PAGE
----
Can we believe that a fourteen year old lad would report to work alongside a black man who he had every reason to believe had committed the murder of Mary Phagan? Mann would have permitted an innocent man, the black night watchman Newt Lee, to languish in the jail while the sweeper Jim Conley, whom he feared — now with better reason than ever before — looked malignantly at him each day. Is that believable — even in present day America?
Gentle reader, life in 1913 Atlanta was considerably rougher. Keep in mind what Mann asked us to believe. Once he eluded Conley’s outstretched hand, he was on the sidewalk outside the factory. The streets of Atlanta were teeming with crowds attending the Confederate Memorial Day parade. If he raised his voice to call for help, a crowd would have quickly responded. The life expectancy for Mr. Jim Conley would have been very short if a crowd of 1913 whites found a black man holding the limp (and possibly dead) body of an adolescent white girl in that time and in that place. Yet Mann didn’t know what to do; he didn’t alert any policeman he may have chanced to meet nor the trolley crewmen on his way home. He didn’t speak to anyone till he got home. He raced straight home where his missing mother had already arrived. His parents, certainly not made of stern stuff, advised silence. Even after Frank was arrested the Mann clan remained mum.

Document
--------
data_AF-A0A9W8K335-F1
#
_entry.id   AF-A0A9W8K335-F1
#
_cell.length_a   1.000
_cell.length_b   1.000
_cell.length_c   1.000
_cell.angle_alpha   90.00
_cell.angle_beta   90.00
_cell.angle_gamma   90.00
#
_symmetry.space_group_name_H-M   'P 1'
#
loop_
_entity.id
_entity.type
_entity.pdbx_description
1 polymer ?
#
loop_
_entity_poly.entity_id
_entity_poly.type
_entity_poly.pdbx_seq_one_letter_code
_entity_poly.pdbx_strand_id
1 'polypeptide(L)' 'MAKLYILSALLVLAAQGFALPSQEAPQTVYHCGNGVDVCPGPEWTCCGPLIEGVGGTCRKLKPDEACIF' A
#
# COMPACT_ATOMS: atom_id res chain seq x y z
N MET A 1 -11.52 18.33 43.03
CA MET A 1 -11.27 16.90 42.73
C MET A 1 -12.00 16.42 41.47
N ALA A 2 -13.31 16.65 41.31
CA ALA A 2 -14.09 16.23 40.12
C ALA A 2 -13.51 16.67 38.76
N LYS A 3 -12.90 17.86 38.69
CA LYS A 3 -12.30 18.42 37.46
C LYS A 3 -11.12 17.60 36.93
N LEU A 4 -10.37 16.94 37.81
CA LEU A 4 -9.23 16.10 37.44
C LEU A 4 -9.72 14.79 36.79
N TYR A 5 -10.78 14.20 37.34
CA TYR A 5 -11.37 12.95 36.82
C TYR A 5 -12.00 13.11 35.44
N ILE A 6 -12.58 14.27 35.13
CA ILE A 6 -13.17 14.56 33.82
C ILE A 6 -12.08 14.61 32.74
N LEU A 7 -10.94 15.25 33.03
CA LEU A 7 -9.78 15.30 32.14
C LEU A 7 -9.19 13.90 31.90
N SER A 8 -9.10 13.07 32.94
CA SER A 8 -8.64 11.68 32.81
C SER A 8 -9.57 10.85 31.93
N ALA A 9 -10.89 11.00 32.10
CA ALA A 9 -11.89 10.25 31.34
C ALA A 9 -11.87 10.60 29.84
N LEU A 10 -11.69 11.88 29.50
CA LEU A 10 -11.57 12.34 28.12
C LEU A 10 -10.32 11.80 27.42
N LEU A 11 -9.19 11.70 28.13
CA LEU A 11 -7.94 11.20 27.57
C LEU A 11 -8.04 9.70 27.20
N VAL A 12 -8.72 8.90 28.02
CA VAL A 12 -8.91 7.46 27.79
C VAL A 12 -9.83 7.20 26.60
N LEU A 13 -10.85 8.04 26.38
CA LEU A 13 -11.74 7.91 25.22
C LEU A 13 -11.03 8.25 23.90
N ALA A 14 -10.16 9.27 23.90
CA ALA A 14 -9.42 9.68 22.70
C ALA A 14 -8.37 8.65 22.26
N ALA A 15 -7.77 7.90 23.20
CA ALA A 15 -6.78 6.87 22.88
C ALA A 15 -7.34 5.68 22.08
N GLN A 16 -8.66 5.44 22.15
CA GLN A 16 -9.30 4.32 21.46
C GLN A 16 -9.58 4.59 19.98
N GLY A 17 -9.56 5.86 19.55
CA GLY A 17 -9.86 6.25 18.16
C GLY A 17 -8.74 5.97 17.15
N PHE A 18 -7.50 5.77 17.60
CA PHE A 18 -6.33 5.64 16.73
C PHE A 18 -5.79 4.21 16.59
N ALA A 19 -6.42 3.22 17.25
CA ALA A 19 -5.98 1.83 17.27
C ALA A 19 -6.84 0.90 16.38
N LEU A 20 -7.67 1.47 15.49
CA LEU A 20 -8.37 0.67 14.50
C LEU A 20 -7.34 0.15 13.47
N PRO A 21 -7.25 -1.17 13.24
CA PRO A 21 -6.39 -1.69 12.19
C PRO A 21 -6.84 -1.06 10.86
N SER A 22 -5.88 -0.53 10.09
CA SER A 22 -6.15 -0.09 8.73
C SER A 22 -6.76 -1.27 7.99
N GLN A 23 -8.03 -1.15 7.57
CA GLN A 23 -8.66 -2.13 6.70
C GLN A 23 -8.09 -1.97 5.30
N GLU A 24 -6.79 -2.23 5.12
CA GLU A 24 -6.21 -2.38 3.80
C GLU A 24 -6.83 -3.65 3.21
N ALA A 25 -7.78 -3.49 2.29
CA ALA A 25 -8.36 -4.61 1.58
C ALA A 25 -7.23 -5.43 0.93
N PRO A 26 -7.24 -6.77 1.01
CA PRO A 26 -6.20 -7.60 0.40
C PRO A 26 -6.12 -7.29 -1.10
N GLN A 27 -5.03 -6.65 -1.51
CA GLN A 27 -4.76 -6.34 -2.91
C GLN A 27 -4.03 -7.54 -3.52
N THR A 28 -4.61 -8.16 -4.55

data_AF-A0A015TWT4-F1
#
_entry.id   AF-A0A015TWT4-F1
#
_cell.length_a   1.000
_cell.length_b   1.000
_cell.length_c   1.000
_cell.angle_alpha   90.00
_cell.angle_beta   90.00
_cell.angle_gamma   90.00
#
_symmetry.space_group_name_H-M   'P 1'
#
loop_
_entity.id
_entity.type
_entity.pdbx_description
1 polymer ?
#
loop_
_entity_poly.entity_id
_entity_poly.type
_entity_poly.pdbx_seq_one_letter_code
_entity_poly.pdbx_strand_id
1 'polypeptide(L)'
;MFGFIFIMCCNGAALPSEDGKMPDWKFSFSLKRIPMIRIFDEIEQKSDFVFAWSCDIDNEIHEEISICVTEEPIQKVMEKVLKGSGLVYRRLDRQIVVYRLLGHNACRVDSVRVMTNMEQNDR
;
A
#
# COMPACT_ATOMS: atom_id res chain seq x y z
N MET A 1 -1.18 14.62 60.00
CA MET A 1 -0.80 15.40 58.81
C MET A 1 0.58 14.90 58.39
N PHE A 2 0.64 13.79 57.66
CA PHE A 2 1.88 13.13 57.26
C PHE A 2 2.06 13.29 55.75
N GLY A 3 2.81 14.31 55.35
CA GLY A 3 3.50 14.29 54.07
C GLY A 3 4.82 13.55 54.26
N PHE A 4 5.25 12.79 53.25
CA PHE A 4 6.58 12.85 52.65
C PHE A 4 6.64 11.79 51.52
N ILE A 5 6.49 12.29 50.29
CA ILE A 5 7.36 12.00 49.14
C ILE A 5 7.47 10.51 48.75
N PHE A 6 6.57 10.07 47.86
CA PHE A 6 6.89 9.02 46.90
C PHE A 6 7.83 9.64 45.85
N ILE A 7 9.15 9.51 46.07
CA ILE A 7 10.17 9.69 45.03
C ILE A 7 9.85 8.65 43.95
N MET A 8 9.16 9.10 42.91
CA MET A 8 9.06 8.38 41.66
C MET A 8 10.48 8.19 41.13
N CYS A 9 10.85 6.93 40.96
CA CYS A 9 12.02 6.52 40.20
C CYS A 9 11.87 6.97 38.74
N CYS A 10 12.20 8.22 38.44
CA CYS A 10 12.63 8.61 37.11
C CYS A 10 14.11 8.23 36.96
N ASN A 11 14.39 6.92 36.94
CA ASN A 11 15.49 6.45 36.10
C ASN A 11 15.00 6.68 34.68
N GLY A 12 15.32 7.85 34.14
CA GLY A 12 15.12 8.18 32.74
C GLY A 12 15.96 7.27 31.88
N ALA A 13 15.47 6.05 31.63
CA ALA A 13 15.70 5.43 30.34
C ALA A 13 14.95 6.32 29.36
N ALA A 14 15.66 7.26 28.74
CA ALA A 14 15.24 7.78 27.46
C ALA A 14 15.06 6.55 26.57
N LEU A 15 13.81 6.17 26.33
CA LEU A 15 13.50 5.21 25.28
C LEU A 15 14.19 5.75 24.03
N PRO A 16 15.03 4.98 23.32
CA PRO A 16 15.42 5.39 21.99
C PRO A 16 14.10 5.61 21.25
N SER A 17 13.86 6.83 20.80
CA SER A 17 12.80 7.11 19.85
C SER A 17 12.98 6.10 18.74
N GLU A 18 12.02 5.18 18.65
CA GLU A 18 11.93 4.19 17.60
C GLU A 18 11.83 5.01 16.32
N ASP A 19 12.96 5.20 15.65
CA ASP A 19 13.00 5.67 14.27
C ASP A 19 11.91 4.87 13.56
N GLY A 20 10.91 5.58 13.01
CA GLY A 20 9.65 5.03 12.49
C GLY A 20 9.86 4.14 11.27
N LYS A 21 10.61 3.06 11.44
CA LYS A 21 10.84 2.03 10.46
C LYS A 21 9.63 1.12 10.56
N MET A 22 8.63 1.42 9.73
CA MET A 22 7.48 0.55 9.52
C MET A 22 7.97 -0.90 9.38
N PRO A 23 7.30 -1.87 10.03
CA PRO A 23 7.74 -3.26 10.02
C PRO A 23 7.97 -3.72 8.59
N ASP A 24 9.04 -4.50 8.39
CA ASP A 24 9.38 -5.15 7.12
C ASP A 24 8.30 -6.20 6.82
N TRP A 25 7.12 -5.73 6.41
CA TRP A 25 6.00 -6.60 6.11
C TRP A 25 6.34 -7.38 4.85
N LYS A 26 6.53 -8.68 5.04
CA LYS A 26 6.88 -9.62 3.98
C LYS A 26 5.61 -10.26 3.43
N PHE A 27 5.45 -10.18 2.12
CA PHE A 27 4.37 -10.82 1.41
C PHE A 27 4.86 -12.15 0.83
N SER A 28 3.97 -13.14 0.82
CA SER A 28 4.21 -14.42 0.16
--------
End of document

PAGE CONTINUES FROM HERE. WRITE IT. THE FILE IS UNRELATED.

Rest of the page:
The most amazing part of the affidavit is Mann’s statement that his loving parents, worried about the family getting involved in all this, still advised him to return to work where he would be in close proximity to the purported murderer, Jim Conley. Did it never occur to any of them that Conley could just as easily have silenced the only witness to see him with the girl’s body? Why advise their beloved son to return to the zone of danger and yet remain silent?
But suppose all of this was true. The Manns thought Conley so dangerous to Alonzo’s safety that they remained silent and let their son go back to work with a homicidal maniac. Once Conley was in police custody that problem was resolved. What was more, a reward was offered for evidence leading to the conviction of the murderer. Did the Manns have no interest in talking about a murderer now in police custody with the additional attraction of a cash reward?
Conley is thought to have died about 1962. Why didn’t Mann come forward then? Surely he didn’t fear the powers of Conley to do him harm extended beyond the grave.